Salvation Army human trafficking conference

This speech was published under the 2010 to 2015 Conservative and Liberal Democrat coalition government

Helen Grant speech on human trafficking.

I am delighted to be here with you and thank you Anne [Reed] for inviting me to speak today.

Thank you also to the Salvation Army and its partners for the incredible work you do, day in day out, at the coalface, looking after and supporting victims of the terrible crime of Human Trafficking.

For me Human Trafficking is a scourge. It does not discriminate. It permeates across age, race, sex and gender; It also crushes self-confidence and self-esteem, which are pre-requisites for aspiration, motivation and success.

The exploitation of vulnerable men, women and children by predatory criminal groups is something that no civilised country should tolerate. It creates victims who are often some of the most vulnerable members of society. Separated from family and friends with no access to financial help or support.

As I speak to you today I am reminded of a young man, Mike, who I met in October last year. He dispelled many of the myths that surround Human Trafficking. He is a man, he is British, and was trafficked for forced labour.

It’s not just women or foreign nationals being sexually exploited that suffer at the hands of traffickers. He bravely shared with me his story of absolute misery. How he was de-humanised and degraded. And it drove home just how important it is for this Government, local authorities and all of our partners to do all we can to stamp out this sickening crime.

Over the last few years good progress has been made in tackling and combating trafficking. There is a wide range of laws to protect victims. There is a wide range of organisations that support victims

But there is still so much more to be done in terms of:

  • prevention
  • improving prosecution and conviction rates
  • improving data collection to gain a better understanding of the nature and scale of the problem
  • dealing with on-going skepticism greeting victims when they try to report abuse, sadly often coming from people who should know better, such as teachers, GPs, police officers.

Our Government’s ambition is to eradicate all forms of trafficking and last year we spent three million pounds supporting victims of this dreadful exploitation.

  • our aim is to tackle the issue at source.
  • work smarter at our borders.
  • better law enforcement, better training of front-line professionals.
  • preventing people becoming victims in the first place.
  • nationally the inter-ministerial group on Human Trafficking brings together all parts of government. It raises awareness of trafficking across the UK and highlights the support that is available.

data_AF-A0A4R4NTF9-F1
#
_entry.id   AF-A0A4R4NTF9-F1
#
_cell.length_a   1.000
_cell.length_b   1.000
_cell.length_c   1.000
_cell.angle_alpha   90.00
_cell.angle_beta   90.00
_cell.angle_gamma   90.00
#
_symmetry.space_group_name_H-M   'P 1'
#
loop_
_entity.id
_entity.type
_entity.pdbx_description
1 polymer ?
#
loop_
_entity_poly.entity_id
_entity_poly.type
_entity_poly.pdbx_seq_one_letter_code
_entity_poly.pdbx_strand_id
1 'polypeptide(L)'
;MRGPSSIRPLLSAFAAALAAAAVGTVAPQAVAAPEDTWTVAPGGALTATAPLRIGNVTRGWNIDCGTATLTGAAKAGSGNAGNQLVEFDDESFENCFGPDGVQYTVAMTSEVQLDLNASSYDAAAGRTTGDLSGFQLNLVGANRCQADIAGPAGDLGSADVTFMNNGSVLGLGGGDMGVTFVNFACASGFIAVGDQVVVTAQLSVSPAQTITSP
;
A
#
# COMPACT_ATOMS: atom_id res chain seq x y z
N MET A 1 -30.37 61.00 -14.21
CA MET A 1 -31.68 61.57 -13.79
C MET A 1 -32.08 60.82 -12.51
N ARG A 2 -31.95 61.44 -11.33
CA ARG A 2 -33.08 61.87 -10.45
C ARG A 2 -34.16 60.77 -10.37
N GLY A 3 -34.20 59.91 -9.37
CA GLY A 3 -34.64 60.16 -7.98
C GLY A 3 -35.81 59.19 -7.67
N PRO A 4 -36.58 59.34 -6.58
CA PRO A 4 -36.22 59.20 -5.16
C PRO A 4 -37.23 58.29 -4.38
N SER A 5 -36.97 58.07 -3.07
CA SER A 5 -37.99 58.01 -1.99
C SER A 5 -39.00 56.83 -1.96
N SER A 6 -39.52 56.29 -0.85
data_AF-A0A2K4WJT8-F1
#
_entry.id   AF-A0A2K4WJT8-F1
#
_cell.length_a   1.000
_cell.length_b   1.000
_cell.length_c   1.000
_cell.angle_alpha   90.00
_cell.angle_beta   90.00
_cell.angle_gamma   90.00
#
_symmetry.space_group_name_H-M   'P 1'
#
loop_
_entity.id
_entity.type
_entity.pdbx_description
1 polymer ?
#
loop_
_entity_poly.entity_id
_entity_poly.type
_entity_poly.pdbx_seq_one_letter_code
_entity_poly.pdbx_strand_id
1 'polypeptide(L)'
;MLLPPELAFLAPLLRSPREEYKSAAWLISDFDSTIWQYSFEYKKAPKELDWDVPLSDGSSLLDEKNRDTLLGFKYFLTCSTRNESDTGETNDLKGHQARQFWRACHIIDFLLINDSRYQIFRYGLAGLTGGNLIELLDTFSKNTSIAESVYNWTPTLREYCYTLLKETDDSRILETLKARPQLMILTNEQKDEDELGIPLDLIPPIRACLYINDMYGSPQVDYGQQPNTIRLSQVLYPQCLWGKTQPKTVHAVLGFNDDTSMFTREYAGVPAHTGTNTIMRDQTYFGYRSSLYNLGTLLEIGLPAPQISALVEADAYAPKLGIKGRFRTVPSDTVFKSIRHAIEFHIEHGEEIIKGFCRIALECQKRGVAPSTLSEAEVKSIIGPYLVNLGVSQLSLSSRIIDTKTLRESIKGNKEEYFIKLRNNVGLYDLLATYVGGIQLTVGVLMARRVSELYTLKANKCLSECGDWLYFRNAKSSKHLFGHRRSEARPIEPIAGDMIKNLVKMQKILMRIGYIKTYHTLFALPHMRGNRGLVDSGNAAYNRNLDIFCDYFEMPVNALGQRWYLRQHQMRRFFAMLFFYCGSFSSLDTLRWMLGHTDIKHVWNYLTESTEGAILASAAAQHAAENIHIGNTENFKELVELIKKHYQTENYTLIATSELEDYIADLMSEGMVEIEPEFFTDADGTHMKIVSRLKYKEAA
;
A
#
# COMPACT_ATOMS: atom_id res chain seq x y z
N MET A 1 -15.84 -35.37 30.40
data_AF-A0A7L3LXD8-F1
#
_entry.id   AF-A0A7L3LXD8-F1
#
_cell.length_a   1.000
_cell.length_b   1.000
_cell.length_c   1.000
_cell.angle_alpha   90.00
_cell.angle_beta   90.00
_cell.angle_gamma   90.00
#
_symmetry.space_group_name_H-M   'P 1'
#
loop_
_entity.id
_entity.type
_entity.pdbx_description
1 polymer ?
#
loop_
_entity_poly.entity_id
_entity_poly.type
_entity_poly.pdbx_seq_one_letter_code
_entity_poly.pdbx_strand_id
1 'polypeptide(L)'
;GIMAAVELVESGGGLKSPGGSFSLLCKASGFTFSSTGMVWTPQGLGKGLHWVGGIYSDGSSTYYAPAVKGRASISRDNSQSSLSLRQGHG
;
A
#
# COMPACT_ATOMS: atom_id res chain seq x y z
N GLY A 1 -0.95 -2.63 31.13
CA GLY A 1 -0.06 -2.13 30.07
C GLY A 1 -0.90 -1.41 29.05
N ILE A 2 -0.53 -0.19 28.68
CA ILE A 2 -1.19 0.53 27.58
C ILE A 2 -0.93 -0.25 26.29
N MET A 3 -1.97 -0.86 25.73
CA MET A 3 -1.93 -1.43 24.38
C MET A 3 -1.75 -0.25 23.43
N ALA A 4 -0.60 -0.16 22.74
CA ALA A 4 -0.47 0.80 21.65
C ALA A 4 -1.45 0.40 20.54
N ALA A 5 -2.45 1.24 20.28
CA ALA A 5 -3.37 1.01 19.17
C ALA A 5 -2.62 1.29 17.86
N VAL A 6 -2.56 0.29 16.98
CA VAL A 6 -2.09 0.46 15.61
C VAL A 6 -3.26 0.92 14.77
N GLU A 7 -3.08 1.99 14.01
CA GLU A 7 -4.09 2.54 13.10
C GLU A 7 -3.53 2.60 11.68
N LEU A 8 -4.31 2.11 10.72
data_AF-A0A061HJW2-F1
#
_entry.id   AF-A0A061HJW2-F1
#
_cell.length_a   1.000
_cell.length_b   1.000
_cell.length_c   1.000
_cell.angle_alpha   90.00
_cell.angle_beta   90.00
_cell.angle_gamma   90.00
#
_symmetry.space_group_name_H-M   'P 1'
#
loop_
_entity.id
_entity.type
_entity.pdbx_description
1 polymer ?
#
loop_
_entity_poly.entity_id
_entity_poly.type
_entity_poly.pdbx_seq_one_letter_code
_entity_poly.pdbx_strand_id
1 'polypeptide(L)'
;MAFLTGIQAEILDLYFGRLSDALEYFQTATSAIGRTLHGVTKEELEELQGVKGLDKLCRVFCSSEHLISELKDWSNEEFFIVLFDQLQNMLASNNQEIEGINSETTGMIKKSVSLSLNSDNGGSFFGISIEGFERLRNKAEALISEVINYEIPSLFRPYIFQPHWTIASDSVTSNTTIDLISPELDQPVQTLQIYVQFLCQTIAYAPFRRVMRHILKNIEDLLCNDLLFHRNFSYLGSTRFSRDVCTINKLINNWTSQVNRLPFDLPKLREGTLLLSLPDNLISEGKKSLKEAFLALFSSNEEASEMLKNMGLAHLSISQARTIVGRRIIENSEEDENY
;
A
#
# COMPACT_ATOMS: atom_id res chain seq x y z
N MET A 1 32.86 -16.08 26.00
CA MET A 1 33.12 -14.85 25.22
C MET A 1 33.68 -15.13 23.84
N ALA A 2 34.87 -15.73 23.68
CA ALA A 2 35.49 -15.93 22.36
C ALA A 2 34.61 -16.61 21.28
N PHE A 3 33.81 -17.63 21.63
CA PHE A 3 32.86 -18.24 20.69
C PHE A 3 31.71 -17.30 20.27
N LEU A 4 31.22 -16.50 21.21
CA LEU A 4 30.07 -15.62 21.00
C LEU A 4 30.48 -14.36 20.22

• victims referred through the national referral mechanism get tailored care and support through the Government’s contract with the Salvation Army and in the last 18 months 681 victims have been helped in this way.

Our work to raise awareness is having a positive impact with 1186 victims identified in 2012 compared with 710 in 2010.

  • Internationally the UK works closely with counterparts in source countries.

We share intelligence to help identify, prosecute and convict traffickers. The top 5 source countries are Nigeria, Vietnam, Romania, Albania and China, who we encourage to take a lead in protecting and re-integrating victims.

These are all positive steps but our success, ultimately must be measured in terms of:

  • more victims helped
  • more abusers brought to justice
  • more attitudes changed

Local authorities are intrinsic to stamping out trafficking and making sure victims get the support they need and deserve. Victims who are entitled to stay in the UK and who want to stay in the UK, must be able to rebuild their lives and access services provided by local authorities, such as housing support, access to benefits, and other services within communities. I hope today’s conference inspires all of our local authority representatives to think about how you can help this process of re-integrating victims back into civilised society, to put their past experiences behind them and to move forward to better futures.

Human Trafficking is abhorrent and inexcusable. And every time I hear about an incident or meet a victim – I think: ‘What kind of world are we living in and what can we do to make it better?’

As victims minister I will do all that I can to protect victims and to raise awareness of the issues they face. For years now victims have felt overlooked and unsupported in making their way through the Criminal Justice System that can often be confusing and intimidating. And it’s my job as victims Minister to do all that I can to put this right.

We are therefore driving through a number of reforms that will put victims at the very heart of the Criminal Justice System, where they belong.

  • we are raising more money for victims through the Prisoner Earnings Act and the Victims Surcharge.
  • we are giving victims a louder voice through the appointment of our excellent Victims Commissioner, Baroness Newlove.
  • we are increasing victims’ entitlements through the revision of the Victims Code.

Every victim and witness of crime needs to know that they will be offered all the help they need and deserve to move on with their lives and bring perpetrators to justice.

Each of us can and must work together to identify, report and prevent Human Trafficking so that perpetrators know they have nowhere to hide.